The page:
Search All Site Content

Total Index: 5684 publications.

Subscribe to our Mailing List!

Sign up for our mailing list to keep up to date on all the latest developments.

The Peninsula

Mental Health Access for Vulnerable Populations

Published February 24, 2021
Author: Korea View

What Happened

  • On February 12, a member of the National Assembly noted that 23.5 percent of all North Korean defectors who received medical attention were treated for mental health issues in 2019.
  • Although the South Korean public-at-large is likely underreporting their mental health needs, the defector community showed significantly higher rates than the societal average (4.6 percent) in 2019.
  • 2019 survey of refugees residing in South Korea found that 42.9 percent showed depressive symptoms, and 38.9 percent showed PTSD symptoms.

Implications: With South Koreans only slowly becoming more aware of their own mental health needs, vulnerable communities within the country may not have access to sufficient professional health treatment. Although many North Korean defectors have had access to publicly funded professional counselors since 2010, only a minority of these counselors are trained mental health providers. In addition to the extensive mental health needs of North Korea defectors, 33.3 percent of migrant workers who were surveyed by the Journal of Korean Medical Sciences exhibited depressive symptoms. For migrant workers and refugees who have access to healthcare, issues such as the language barrier can also complicate access to adequate treatment.

Context: Although South Korea’s life expectancy rate (82.7) was above the OECD average (80.7), fewer Koreans felt healthy (32%) compared to the OECD average (67.9%). This combined with a suicide rate that is among the highest in the OECD (23 per 100,000) may point to South Korea’s overall underinvestment in mental health. South Korean government statistics released in 2017 found that at least 1 in 4 Koreans experience a mental disorder at least once in their life, but only 1 in 10 of affected people pursue professional help. With society-at-large not attune to this public health crisis, public institutions may not be extending needed help to communities that are particularly prone to trauma and high levels of stress.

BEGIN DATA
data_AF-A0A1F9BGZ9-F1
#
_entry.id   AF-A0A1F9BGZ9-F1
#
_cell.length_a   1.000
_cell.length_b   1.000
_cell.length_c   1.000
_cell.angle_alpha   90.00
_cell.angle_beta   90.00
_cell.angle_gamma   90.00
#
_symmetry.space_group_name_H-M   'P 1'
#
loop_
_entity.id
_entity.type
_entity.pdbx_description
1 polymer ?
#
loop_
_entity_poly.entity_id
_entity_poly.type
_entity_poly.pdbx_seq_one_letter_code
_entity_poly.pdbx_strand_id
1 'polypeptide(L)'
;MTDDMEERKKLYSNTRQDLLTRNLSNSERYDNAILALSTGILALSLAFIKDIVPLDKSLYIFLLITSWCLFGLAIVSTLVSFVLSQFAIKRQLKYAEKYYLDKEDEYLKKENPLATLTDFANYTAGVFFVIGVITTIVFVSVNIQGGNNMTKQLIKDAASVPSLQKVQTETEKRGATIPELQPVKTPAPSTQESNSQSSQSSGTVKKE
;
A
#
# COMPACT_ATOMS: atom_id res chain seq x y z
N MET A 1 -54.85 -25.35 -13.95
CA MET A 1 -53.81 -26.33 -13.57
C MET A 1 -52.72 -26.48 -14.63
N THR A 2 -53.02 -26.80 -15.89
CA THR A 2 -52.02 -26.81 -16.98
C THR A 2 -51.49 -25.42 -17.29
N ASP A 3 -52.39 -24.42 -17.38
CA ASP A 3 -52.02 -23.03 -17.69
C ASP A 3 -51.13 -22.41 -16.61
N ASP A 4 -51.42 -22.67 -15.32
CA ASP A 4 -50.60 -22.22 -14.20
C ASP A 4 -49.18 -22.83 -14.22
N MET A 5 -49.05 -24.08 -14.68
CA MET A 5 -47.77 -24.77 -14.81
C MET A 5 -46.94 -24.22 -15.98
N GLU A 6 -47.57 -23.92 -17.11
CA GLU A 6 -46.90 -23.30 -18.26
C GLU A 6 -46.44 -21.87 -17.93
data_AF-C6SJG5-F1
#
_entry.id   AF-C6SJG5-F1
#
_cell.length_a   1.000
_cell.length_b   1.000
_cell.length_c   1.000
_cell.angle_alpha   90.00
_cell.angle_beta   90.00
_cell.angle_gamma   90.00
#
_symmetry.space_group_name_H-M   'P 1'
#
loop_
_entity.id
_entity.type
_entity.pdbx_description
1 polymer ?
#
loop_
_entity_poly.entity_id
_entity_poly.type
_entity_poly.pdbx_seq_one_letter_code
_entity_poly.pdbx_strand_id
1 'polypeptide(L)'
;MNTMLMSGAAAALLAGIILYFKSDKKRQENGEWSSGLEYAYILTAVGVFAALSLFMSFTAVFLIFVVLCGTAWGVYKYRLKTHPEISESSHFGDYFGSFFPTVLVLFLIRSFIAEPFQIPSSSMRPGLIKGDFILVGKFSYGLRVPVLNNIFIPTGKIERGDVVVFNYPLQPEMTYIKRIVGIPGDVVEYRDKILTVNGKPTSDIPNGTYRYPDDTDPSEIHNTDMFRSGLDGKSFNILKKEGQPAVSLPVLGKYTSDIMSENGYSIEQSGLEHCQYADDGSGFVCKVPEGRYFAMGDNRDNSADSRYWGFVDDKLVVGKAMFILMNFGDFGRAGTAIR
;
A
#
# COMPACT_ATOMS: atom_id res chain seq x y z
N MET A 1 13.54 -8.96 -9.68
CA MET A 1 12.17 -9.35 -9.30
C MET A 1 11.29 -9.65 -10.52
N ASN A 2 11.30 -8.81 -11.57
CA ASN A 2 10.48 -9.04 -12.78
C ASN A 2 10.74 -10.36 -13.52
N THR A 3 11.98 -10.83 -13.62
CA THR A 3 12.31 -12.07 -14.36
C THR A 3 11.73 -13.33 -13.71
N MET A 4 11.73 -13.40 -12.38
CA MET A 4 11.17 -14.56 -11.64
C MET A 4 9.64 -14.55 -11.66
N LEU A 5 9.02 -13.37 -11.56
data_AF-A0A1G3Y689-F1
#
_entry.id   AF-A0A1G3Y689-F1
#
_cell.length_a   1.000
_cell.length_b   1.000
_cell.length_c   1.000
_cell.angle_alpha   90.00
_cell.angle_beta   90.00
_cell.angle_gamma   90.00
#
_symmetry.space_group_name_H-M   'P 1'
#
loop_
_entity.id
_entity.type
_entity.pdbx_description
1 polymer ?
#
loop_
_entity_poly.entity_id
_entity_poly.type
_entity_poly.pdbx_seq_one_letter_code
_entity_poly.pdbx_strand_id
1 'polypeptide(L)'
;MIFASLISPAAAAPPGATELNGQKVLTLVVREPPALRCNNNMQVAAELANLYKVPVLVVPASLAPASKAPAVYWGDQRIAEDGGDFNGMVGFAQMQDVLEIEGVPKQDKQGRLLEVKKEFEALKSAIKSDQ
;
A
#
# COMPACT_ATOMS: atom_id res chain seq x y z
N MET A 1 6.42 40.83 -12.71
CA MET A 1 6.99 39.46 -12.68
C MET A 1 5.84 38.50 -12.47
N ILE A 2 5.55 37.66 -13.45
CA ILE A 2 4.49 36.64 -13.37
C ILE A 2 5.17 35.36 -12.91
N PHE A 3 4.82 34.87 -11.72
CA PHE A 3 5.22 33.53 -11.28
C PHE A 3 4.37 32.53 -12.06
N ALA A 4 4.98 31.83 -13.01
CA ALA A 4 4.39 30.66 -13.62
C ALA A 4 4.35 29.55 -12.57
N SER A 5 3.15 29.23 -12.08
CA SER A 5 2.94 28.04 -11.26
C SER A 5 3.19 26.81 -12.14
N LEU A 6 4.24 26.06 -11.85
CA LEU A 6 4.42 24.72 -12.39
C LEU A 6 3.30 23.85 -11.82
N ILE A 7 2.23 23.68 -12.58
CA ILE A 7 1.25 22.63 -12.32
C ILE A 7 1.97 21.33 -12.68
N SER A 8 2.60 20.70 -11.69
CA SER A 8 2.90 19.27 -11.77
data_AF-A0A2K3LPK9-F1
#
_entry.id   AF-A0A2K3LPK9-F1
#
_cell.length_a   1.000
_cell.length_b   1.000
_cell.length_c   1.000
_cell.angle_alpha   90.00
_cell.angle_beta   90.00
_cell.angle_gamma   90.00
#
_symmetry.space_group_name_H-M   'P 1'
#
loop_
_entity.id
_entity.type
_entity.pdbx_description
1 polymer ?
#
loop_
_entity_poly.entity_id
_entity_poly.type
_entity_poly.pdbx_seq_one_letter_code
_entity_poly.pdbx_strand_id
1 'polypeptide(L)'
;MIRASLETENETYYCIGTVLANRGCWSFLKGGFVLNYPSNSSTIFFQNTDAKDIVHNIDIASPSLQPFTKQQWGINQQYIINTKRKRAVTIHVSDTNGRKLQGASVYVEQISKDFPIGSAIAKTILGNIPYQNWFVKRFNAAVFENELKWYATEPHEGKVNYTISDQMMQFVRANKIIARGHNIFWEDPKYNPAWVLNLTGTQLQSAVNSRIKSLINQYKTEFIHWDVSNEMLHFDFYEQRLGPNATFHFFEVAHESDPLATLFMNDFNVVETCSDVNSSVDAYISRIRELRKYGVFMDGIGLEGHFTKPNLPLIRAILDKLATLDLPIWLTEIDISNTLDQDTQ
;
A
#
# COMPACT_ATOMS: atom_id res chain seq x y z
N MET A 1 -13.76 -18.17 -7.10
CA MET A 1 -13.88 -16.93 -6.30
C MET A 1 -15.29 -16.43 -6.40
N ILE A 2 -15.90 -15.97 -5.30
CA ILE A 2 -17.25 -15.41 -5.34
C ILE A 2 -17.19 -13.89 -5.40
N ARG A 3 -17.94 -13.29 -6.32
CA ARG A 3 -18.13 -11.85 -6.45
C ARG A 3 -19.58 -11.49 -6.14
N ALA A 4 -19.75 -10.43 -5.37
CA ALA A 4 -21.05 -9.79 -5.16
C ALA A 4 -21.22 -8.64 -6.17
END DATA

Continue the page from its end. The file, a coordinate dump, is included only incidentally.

This briefing comes from Korea View, a weekly newsletter published by the Korea Economic Institute. Korea View aims to cover developments that reveal trends on the Korean Peninsula but receive little attention in the United States. If you would like to sign up, please find the online form here.

Korea View was edited by Yong Kwon with the help of Melissa Cho and Alexandra Langford. Photo from user Vuong Tri Binh on Wikimedia Commons

Return to the Peninsula

Stay Informed
Register to receive updates from KEI